One needs to be cautious here. People who work less will receive fewer good assignments. People who work less will put in less effort on their jobs. People who want more flexibility will probably receive less pay and fewer promotions. It isn’t a penalty or a punishment, as Miller has it, but a fair and just allocation of resources, allocation that has a direct relationship to contribution.
Yes, women sometimes voluntarily choose lower-paying occupations because they are drawn to work that happens to pay less, like caregiving or nonprofit jobs, or because they want less demanding jobs because they have more family responsibilities outside of work. But many social scientists say there are other factors that are often hard to quantify, like gender bias and social pressure, that bring down wages for women’s work.
A woman who wants to have a home life, who wants to have a husband and children will make decisions that allow her to have those. If she works in a highly competitive field, if she gets in touch with her masculine side, if she does not have time to make a home or to raise a children, she will most likely receive compensation that is similar to that of men. But, at a price: men will find her less attractive, less nurturing, less caring, less likely to be a good mother.
Of course, feminists think that it’s all a social construct and that women must now be encouraged to be engineers while men should be encouraged to pee sitting down. They do not seem to understand that a woman who chooses to become more masculine might within her profession, be seen as an interloper, threatening the ethos of the profession and the prestige and the compensation of the men who are working within it. One or two women will not make very much of a difference. But there is a tipping point where a sufficient number of women will turn the profession pink.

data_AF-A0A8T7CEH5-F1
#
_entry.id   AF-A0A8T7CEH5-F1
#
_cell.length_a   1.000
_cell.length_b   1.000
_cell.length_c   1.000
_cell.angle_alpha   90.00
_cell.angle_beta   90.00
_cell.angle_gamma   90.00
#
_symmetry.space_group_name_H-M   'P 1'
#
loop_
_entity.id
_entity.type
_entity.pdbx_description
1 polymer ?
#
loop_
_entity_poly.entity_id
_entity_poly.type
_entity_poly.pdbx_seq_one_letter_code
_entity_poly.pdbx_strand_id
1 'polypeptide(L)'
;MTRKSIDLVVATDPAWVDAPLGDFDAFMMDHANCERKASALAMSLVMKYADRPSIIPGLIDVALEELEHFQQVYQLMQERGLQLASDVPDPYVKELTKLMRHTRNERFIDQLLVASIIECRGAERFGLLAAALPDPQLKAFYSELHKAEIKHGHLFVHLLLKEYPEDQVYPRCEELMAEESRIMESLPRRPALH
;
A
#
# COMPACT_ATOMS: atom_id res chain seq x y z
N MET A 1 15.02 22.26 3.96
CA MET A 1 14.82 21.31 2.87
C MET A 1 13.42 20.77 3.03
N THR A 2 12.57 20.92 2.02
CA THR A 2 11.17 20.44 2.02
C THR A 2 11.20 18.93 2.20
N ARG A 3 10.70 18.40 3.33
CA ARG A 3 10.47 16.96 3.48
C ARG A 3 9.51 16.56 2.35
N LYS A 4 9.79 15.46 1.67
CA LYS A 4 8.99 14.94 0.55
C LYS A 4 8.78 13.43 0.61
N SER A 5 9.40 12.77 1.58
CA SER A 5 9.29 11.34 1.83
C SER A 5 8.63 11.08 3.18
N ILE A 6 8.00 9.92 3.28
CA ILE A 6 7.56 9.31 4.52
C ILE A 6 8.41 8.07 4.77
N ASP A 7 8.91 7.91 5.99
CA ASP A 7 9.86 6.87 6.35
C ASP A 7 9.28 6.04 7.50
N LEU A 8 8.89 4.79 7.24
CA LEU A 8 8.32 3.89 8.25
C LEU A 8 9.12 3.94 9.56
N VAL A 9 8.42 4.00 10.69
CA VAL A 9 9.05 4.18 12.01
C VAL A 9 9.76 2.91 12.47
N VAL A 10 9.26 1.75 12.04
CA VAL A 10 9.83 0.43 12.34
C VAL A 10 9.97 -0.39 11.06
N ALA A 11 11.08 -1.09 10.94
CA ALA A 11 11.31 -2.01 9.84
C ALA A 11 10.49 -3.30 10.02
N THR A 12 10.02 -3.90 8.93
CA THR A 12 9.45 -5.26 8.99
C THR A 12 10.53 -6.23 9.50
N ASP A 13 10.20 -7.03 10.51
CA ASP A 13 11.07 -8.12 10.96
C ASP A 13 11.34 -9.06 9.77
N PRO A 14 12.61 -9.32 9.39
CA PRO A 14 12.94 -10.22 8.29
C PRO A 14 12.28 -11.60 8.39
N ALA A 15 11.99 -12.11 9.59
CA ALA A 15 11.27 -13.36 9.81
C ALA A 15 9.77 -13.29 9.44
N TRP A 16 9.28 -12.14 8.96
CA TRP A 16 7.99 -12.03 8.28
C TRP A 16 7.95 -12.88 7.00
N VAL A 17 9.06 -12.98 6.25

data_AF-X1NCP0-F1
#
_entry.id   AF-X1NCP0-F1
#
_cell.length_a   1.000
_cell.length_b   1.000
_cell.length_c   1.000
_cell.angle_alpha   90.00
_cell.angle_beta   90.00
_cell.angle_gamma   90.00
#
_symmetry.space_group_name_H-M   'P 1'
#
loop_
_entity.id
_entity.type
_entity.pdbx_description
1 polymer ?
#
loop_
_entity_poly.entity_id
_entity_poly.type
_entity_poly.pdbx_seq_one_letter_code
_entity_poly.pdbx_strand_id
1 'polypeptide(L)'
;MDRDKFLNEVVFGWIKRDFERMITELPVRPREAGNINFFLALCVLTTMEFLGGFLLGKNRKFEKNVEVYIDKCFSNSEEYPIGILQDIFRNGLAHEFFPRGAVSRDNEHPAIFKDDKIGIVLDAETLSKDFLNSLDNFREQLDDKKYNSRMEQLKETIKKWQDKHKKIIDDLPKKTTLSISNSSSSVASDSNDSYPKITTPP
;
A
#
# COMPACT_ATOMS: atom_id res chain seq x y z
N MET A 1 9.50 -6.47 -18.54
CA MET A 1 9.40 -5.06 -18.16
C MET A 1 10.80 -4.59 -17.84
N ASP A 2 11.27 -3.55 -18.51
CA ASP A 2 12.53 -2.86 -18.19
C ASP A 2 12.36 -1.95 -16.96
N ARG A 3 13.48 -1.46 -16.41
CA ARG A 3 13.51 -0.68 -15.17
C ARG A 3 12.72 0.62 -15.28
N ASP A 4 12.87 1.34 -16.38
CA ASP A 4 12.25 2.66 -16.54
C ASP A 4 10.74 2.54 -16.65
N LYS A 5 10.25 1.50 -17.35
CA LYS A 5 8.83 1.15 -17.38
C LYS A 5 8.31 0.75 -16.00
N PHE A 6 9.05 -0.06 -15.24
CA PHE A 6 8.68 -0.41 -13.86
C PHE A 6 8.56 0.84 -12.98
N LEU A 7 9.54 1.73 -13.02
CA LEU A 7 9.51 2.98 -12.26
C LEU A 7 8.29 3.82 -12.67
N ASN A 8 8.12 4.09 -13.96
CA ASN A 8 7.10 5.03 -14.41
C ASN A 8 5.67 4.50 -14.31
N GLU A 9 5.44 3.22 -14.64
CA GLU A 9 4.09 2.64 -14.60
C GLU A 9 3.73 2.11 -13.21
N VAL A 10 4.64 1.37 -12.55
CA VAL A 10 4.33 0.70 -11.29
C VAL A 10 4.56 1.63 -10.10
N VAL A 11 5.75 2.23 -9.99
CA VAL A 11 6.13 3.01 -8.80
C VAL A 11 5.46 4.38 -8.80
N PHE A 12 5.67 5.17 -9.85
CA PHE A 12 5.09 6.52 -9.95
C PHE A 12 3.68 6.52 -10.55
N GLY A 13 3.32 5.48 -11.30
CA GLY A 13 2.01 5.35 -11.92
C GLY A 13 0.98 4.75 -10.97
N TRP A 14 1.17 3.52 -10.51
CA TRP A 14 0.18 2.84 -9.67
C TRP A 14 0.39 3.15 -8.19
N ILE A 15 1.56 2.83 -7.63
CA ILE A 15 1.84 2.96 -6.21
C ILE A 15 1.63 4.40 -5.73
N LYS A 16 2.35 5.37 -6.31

Ann Friedman of New York Magazine has also been pondering the fact that women who have families tend either to drop out of the workforce or to diminish their commitments to their jobs-- as though, to anyone but a feminist blinded by ideology, this would be difficult to understand.
And yet, Friedman has a solution. It answers the age-old Freudian question of what women want. If you think that women work less because they cannot do two important jobs at the same level of commitment and intensity or if you think that women work less because they want to spend more time with their children, you would, by Friedman’s lights, be wrong.
Women are not motivated primary by a desire to be good mothers, to be good wives and to make homes for their families. Not at all, bunky. What women really, really want is: money!
Thus, Friedman suggests that the way to retain more women in the workplace is to pay them more, even when they take time off for maternity leave.
I emphasize the point. To the feminist mind, women are not honorable individuals who seek to fulfill their obligations to their children and their homes. Not at all. They are venal creatures who can be bought for a few extra dollars. They will happily spend less time with their children if only they are paid a little more on the job.
If I had implied as much about women, I would be roundly denounced as… I don’t need to tell you what.